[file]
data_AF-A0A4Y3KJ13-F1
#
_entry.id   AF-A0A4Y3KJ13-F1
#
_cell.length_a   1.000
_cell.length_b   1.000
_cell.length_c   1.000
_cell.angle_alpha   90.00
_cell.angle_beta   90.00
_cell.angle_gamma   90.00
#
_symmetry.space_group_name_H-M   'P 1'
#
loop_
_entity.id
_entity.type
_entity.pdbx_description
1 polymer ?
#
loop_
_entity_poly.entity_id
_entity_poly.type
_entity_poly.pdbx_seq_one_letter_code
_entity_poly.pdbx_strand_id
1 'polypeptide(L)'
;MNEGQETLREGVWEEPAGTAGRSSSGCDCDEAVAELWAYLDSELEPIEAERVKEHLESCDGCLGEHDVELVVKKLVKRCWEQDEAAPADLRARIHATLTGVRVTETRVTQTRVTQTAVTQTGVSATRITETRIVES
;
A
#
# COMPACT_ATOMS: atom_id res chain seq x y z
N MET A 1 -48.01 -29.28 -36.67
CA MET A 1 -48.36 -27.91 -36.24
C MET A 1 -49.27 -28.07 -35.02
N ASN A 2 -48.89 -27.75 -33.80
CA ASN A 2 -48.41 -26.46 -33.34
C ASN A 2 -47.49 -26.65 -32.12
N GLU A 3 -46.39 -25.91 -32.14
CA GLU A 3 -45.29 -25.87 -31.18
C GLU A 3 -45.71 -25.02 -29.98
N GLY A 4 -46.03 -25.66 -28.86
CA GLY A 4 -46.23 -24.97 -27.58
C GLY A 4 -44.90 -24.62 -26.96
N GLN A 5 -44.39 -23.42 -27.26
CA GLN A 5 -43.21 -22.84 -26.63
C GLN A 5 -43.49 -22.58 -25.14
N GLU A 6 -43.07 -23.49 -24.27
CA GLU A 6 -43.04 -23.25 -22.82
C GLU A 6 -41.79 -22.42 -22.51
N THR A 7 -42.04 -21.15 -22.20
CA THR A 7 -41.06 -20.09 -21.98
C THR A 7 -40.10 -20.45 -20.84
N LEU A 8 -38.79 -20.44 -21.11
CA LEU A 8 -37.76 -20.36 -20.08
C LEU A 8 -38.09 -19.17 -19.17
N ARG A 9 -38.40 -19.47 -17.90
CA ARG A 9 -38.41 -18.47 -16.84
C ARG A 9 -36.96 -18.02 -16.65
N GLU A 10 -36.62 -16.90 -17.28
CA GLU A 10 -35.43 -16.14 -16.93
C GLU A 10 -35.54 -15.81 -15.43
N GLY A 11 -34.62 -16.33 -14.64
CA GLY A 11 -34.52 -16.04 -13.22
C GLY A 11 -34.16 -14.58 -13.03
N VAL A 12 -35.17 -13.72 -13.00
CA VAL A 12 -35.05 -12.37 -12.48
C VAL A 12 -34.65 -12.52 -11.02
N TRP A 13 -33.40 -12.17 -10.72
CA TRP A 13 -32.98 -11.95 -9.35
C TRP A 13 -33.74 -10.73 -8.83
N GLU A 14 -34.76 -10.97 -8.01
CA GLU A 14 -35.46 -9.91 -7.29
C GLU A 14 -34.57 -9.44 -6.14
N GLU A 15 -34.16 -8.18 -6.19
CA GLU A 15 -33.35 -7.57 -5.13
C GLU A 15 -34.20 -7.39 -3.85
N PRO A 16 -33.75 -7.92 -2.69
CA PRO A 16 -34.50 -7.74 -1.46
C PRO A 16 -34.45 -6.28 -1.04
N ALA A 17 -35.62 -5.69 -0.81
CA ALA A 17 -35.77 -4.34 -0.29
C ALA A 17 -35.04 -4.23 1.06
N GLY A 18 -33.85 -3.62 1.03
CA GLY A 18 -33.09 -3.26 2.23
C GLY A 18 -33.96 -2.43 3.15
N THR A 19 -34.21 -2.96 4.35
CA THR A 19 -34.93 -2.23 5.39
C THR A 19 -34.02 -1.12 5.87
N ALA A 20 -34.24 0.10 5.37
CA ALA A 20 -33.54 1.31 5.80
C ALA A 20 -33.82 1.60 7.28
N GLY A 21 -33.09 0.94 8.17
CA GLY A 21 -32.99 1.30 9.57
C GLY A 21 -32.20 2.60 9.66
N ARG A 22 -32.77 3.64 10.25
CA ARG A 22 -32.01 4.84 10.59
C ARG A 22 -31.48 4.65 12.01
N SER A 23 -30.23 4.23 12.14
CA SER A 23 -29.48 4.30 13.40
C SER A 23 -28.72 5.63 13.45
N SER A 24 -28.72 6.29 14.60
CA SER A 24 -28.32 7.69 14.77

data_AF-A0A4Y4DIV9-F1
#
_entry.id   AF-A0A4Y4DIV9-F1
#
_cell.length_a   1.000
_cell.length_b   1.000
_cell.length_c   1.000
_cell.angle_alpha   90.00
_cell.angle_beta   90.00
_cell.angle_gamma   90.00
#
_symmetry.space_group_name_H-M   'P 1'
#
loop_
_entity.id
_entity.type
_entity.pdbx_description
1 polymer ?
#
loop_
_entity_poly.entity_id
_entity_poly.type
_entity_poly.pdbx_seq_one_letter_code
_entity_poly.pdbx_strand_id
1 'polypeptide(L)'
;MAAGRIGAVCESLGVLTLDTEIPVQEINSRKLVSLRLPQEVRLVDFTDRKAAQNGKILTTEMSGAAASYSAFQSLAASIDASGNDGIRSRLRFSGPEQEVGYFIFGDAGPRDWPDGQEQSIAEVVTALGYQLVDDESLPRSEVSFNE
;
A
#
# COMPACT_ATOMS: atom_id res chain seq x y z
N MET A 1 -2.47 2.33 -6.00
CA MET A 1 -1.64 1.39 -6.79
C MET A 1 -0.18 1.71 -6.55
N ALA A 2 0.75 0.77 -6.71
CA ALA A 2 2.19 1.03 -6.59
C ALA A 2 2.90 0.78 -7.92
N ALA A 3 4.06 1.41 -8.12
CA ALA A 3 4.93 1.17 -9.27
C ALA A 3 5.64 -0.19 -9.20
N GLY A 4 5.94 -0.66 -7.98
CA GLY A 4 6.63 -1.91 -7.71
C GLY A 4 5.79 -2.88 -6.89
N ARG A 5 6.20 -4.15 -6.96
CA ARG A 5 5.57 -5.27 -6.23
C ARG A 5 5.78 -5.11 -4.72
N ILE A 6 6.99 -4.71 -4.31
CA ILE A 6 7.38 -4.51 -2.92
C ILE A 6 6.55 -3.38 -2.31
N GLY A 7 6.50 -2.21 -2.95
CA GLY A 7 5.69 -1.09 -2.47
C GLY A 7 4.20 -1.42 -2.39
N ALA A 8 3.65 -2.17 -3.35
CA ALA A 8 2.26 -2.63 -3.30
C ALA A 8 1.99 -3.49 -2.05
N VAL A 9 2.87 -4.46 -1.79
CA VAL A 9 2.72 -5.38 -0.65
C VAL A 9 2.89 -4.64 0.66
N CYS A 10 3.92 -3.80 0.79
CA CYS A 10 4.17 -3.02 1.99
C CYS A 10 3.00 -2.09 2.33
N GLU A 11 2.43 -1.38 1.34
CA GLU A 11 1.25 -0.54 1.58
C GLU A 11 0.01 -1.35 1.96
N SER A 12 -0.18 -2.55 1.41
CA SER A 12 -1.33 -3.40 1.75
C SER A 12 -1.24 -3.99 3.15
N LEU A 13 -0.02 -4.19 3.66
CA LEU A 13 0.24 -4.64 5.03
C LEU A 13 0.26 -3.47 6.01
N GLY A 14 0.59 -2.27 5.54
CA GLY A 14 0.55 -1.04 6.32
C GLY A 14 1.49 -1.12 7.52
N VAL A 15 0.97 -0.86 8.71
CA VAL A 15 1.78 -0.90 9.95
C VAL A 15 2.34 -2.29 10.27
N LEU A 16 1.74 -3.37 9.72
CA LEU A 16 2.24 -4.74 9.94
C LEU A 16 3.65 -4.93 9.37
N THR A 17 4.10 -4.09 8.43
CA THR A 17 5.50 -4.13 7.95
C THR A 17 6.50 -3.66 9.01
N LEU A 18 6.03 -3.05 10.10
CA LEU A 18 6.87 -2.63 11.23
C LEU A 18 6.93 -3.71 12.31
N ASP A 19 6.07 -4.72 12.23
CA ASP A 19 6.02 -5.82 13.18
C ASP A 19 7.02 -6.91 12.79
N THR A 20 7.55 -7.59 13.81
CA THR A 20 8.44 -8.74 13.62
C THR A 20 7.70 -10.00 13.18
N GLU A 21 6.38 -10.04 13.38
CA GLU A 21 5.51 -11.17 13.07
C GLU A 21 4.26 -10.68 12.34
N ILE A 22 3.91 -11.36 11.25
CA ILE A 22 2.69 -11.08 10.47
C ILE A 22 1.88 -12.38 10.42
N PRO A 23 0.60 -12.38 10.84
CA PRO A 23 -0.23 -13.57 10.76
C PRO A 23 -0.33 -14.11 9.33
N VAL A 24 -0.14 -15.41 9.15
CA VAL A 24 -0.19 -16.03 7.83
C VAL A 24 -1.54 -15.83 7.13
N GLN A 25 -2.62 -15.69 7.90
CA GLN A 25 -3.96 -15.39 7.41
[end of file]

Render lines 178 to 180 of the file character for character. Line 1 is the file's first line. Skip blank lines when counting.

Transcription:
CA LEU A 16 2.24 -4.74 9.94
C LEU A 16 3.65 -4.93 9.37
N THR A 17 4.10 -4.09 8.43